by Nick L’Barrow
In 2014, the husband and wife team of Ben Falcone and Melissa McCarthy released comedy film Tammy to scathing critical and audience reviews. In 2016, the duo returned to the big screen for a second attempt to win over audiences and critics alike with The Boss, and once again were lauded for an unfunny movie. But you know what they say – “the third time is the charm” – and while Falcone and McCarthy’s third film, Life of the Party, start heading more to a “family friendly-ish” style of comedy, they just still couldn’t break through that barrier to make audiences and critics love their movies. And now in 2020, the year where anything is possible and probable – Falcone and McCarthy have been given yet another chance to wow us all with HBOMax’s Superintelligence.
Carol (McCarthy) is being watched, her every move and every word being tracked by an all-powerful A.I., an A.I. that needs to decide whether to save or destroy mankind. She has been selected by this super-intelligent computer for one reason – Carol is the most average person in the entire world, and the A.I. (voiced by Carol’s favourite late night presenter, James Corden as himself) believes that tracking the world’s most average person will help him make that decision.
Out of the 4 ventures that Falcone and McCarthy have released into the world, Superintelligence is by far their most harmless. There is a light-hearted, fun and carefree approach to this story that makes it more tolerable to watch. McCarthy playing a more reserved character allows her to shine, and her back and forth chemistry with ex-partner George (Bobby Cannavale) is quite sweet. Unfortunately, the humour falls incredibly flat – to the point where even a slight chuckle was the most common response to this movie’s “funniest” moments.
The enjoyment that does come from the story is predominantly the rekindling of the relationship between Carol and George, ultimately a mission designated to Carol by the A.I. to study human connection. Each interaction they share is quite sweet, and by the end, the audience is lead to pine for them to get together. This is heavily due to McCarthy and Cannavale really enjoying their time on screen together. Sadly, most of these scenes are few and far between other scenes full of often incredibly far fetched scenarios and moments that have too much time spent on them, disturbing the pacing of the story.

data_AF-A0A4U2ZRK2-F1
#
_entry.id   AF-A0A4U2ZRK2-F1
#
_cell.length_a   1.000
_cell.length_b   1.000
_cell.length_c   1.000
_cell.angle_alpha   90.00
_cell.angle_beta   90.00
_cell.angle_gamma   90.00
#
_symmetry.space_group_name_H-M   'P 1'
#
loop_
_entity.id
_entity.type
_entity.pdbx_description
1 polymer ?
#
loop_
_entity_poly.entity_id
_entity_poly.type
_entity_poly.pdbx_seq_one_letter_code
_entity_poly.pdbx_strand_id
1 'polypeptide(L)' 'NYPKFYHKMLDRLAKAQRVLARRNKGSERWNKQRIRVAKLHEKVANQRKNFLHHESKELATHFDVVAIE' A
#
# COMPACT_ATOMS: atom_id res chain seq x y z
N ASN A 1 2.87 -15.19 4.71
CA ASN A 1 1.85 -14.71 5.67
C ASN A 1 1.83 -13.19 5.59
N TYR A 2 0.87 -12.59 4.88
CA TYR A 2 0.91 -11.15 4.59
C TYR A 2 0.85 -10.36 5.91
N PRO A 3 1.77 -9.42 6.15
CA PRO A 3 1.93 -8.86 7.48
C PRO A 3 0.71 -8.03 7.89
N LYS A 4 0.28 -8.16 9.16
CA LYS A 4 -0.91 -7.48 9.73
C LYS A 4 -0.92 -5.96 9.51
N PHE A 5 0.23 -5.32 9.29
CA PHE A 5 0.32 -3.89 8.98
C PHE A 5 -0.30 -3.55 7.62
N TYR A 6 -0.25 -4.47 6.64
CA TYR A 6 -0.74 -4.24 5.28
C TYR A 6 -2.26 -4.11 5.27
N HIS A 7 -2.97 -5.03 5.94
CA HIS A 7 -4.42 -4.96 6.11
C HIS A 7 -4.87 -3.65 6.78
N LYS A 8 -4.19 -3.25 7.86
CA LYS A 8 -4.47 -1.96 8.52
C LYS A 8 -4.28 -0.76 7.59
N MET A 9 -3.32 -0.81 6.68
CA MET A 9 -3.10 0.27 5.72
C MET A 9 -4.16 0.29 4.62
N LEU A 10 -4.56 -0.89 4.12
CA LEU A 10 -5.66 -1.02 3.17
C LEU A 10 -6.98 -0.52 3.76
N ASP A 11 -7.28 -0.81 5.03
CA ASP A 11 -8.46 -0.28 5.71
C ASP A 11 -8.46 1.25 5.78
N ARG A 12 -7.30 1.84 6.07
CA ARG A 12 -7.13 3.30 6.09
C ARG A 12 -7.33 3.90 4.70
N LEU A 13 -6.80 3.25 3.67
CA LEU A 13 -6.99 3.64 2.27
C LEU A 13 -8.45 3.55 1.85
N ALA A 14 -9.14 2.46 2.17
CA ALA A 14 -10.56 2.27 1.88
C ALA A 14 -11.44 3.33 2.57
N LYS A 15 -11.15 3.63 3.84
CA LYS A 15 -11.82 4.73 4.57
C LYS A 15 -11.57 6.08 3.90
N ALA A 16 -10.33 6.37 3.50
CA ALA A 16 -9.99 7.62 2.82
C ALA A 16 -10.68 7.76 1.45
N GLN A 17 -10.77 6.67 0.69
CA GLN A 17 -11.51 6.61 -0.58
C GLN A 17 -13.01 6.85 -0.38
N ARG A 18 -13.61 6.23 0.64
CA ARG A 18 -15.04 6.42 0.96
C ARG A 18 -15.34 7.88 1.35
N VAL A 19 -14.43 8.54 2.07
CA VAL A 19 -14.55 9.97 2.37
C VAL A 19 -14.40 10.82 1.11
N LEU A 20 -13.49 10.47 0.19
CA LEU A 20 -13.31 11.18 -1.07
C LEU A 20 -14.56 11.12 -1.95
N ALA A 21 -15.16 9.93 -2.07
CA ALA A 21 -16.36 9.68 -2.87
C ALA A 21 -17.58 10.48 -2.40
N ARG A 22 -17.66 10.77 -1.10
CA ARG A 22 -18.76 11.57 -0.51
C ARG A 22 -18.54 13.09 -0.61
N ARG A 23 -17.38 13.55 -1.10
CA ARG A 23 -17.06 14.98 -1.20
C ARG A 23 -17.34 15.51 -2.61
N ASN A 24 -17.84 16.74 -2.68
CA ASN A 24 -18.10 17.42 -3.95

However, the most frustrating, annoying and devoid of humour aspect of Superintelligence is the super-intelligence itself. James Corden’s voice is like listening to nails on a chalk board (please note: this could also very well be a personal opinion of the reviewer, and not necessarily have a direct impact on the story). Apart from personal opinion on the matter, the actual character of the A.I. is very 2-dimensional – which some may argue makes sense for a robotic character. But the amount of “life” (for lack of a better word) the script gives the Corden-voiced A.I., there definitely could’ve been more liberties given to the character. But mainly, James Corden is annoying in this movie.
To wrap things up, mild spoilers (but not really) lie ahead! The final scene of the movie will determine how certain audience members remember Superintelligence when they leave the cinema. If you’ve been on board with the story the entire time and James Corden hasn’t given you an aneurysm – the final 2 minutes which consists of Carol in a self-driving car being driven by the A.I. doing a carpool karaoke with the Corden-voiced A.I. – may be a nice, fun little note to end the story on while you dance your way home. For others who may not have been as invested in the movie leading up to this point – the ending will most likely leave a sour taste in your mouth.
As harmless and simple as Superintelligence is, it lacks the main ingredient for a good comedy film – laughs – and is probably one you can skip a trip to the cinema for.
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